Why You Might Be Self-Destructing Without Even Realizing It

Almost every scientific textbook teaches us of the placebo effect, a tactic used by researchers in which their subjects are provided with treatments that they expect will elicit certain reactions. Depending on the nature of the control treatment, subjects may react in ways that confirm the researchers’ expectations, providing contrast to the experimental treatment so that a conclusion can be drawn. The same can be said for the rest of us in that our behaviors, like the reactions subjects have to the placebo pills, are nothing more than projections of our inner beliefs. This phenomenon is known as the self-fulfilling prophecy, and you might not have known about it before. Or you might have already known about it, in which case you should probably stop reading this article. What knowledge do you possibly have to gain here?

That right there was a micro self-fulfilling prophecy. I assumed that because you already possessed knowledge on the topic I was covering, there was virtually no value to be gained in continuing to read about it, which might have prompted you to close the page without giving the article a chance. That is, either you knew about the idea of self-fulfilling prophecies, or you didn’t know about the idea of self-fulfilling prophecies. The end result is the same: you don’t walk away feeling like you’ve learned anything new. At least if you stuck around long enough to finish reading the article, you might have learned something of interest.

Self-fulfilling prophecies are defined as beliefs we have about ourselves that cause them to become true in reality, oftentimes unknowingly. My favorite example of the self-fulfilling prophecy is the journey of Anakin Skywalker.

Star Wars fans like to condemn the prequel trilogy because it pales in comparison to the original and was incompetently directed. You wouldn’t know it, but Revenge of the Sith (2005) is actually one of my all-time favorite movies. I find that it explores Anakin’s transformation into Darth Vader quite adeptly, and is an intriguing character study.

Anyone who is familiar with the Star Wars universe knows about the tragedy of Anakin Skywalker. Anakin fell victim to the self-fulfilling prophecy upon dreaming of his wife, Padme, who died in childbirth. His visions eventually became so disturbing, and his fear so paralyzing, that he went to extreme lengths to prevent his dream from ever happening. He joined the Dark Side, murdered children, and betrayed his long-time mentor, who was basically a father figure to him for more than half of his life. Padme ended up dying in childbirth anyway, and Anakin became the infamous Darth Vader who would go on to destroy entire planets. His transition from Jedi to Sith is an exemplary demonstration of the self-fulfilling prophecy because his fears about his wife’s death are what caused his wife’s death.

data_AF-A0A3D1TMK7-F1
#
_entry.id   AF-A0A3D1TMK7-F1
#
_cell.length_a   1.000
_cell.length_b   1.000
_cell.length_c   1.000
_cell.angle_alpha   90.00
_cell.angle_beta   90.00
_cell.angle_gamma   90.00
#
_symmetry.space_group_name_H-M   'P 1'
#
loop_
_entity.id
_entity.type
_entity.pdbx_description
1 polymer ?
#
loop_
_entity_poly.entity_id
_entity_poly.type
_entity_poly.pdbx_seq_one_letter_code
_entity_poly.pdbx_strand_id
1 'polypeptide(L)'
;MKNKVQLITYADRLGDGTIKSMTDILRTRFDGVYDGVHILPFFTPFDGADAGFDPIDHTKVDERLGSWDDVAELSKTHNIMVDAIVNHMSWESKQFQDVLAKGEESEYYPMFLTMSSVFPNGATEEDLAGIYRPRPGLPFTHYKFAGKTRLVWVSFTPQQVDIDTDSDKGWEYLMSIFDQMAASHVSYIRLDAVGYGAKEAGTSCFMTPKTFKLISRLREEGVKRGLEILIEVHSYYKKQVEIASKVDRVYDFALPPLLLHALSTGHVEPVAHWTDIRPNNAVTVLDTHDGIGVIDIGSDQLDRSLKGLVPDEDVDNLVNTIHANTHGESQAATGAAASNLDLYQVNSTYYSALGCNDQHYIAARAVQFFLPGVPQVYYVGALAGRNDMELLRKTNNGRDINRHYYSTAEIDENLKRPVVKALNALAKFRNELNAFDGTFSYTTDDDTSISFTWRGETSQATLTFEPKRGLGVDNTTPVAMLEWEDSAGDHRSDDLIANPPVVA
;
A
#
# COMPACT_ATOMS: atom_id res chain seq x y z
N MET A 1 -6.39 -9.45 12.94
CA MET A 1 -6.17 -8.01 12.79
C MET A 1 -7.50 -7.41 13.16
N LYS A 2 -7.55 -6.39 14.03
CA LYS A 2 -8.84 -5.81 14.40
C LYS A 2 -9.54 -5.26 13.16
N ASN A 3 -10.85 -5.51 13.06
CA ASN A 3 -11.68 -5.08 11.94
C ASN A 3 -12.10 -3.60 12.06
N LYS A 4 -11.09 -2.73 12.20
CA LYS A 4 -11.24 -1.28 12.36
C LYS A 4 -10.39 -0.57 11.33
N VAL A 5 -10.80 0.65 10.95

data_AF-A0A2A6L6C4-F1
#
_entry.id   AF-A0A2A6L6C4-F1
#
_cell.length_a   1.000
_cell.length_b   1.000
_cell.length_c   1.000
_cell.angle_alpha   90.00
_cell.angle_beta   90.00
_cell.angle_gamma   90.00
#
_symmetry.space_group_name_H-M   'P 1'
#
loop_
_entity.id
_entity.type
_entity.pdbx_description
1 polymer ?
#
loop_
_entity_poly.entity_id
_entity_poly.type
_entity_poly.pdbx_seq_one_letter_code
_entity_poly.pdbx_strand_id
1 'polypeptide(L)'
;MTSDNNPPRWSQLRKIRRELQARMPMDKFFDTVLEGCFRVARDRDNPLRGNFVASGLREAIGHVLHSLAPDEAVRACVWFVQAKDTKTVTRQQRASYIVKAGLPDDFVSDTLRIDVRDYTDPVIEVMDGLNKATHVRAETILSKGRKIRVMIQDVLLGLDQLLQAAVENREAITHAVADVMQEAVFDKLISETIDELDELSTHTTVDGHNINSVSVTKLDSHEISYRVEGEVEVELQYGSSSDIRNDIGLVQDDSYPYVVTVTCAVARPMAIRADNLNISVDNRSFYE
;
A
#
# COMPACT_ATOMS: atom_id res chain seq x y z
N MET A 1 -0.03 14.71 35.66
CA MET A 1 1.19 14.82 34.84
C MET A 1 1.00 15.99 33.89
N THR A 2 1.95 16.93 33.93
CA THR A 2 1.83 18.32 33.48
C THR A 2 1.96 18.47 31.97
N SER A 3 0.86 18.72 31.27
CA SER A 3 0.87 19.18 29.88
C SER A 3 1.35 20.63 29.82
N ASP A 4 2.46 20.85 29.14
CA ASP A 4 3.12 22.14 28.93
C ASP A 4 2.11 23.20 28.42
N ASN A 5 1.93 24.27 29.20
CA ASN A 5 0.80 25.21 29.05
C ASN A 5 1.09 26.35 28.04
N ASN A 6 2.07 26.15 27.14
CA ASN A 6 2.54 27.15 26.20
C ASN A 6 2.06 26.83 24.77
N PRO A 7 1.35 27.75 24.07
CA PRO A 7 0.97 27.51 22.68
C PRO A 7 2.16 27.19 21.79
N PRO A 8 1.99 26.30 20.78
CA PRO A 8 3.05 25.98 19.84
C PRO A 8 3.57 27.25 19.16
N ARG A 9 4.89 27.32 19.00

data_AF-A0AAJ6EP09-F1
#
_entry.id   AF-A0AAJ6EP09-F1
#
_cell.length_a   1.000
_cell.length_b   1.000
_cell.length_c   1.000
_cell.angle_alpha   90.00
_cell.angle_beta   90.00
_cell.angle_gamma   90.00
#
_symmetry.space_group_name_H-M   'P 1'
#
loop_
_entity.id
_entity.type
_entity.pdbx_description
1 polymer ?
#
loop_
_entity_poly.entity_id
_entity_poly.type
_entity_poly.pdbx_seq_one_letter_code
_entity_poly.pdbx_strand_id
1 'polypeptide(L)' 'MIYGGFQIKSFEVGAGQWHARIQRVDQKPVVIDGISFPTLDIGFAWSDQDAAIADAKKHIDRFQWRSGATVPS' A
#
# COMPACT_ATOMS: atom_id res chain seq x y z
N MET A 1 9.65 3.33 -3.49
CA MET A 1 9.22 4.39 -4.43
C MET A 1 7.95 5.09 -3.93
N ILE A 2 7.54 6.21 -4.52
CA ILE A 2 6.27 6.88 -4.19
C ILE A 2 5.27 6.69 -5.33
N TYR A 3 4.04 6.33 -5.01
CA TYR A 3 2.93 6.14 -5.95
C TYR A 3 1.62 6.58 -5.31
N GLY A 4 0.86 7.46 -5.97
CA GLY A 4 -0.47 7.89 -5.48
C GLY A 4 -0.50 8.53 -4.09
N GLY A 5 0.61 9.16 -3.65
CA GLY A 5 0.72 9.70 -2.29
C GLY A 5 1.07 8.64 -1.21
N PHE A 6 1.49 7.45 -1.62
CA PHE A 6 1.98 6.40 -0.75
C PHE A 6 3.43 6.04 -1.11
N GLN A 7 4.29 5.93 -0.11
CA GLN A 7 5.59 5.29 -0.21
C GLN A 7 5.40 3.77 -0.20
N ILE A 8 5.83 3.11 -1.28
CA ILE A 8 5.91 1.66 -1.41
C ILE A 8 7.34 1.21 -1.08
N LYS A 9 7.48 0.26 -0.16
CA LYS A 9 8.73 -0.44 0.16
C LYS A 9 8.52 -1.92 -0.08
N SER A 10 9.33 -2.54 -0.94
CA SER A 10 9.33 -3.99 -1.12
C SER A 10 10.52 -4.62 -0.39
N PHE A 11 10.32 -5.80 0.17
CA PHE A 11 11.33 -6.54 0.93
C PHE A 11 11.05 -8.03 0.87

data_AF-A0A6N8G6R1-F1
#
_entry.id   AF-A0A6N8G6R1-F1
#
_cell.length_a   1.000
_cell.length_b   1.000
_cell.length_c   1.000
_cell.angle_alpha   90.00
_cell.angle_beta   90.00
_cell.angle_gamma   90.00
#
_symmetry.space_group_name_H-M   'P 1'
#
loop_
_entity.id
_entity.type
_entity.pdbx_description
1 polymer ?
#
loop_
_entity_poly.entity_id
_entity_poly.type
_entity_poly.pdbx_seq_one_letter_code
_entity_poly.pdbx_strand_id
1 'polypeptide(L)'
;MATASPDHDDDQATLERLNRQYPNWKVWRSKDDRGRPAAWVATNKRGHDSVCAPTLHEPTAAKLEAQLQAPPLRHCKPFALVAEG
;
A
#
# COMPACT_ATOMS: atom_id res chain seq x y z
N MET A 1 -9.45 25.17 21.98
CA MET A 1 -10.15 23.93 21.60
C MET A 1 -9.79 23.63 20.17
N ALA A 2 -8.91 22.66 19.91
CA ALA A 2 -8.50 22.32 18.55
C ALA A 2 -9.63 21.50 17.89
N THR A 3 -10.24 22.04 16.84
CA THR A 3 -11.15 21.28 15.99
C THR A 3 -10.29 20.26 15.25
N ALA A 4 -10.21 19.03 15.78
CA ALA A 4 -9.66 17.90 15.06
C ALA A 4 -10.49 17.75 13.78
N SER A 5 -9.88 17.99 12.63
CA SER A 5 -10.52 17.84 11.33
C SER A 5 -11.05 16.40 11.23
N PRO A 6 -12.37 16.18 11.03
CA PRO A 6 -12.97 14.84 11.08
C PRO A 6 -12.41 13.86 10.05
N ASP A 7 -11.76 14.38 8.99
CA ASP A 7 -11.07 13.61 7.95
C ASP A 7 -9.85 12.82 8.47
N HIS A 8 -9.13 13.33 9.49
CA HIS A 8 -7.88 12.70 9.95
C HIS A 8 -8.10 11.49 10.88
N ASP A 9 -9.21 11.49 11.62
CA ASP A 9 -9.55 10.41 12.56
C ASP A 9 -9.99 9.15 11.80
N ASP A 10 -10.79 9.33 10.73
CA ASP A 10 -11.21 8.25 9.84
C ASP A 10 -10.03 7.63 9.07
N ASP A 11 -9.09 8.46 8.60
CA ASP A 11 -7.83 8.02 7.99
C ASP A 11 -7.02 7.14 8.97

Every day, self-fulfilling prophecies can either undermine or nurture the relationships we have with ourselves and others. We might not be aware of them at all times, but we can be certain they are lurking somewhere in the far background, regulating our attitudes toward the world and guiding the behavior that follows. This creates a positive feedback loop of action and reaction, cause and effect, which invariably manifests itself in the real world.

Another example of the self-fulfilling prophecy is the difficulty people experience in trying to find dates and cultivate meaningful, long-lasting relationships. A multi-billion dollar industry was founded on the idea that the dating world is overwhelmingly complicated, and that the average person can no longer find love by conventional means. People contemplate why love has eluded them for so long, endlessly convincing themselves that the standards for beauty have reached enormous heights and that it would be impossible for anyone to ever like them. And yet, have they not stopped to consider that their notions of what constitute beauty and glamour are what inadvertently cause them to appear as unattractive to outside observers and therefore experience difficulty in finding dates? Maybe if they stopped believing they were so unattractive, they would become supermodels.

Since our moods are so strongly affected by our internal self-beliefs, the next time this article comes to mind, I would advise you to take note of something. Focus on your mood in the moment and observe how it is affecting those in your presence, looking for any slight change in people’s behavior toward you. You’d be surprised that how you view yourself deep down goes a longer way in getting others to like you than the façade you spend so much energy sustaining.

Be less like Anakin and more like Luke. Don’t murder children!

The 5 Universal Truths Society Never Taught Us

Growing up, information is deliberately withheld from us, either because the truth hurts or because we’re not ready to hear it yet. We were taught that there are no winners or losers in life, real beauty can only be found on the inside, and that good things will happen to good people. Somehow, it is considerably more complicated than that. The same could be said for that one disgruntled office worker of twenty years who was denied that much deserved promotion, only to walk in on his wife cheating on him with his boss. He, too, discovered that perhaps the world isn’t as friendly as he was lead to believe, and that his life could be uprooted in any instant. For this reason, I have devised five universal truths that society was either too afraid or unwilling to teach us as children.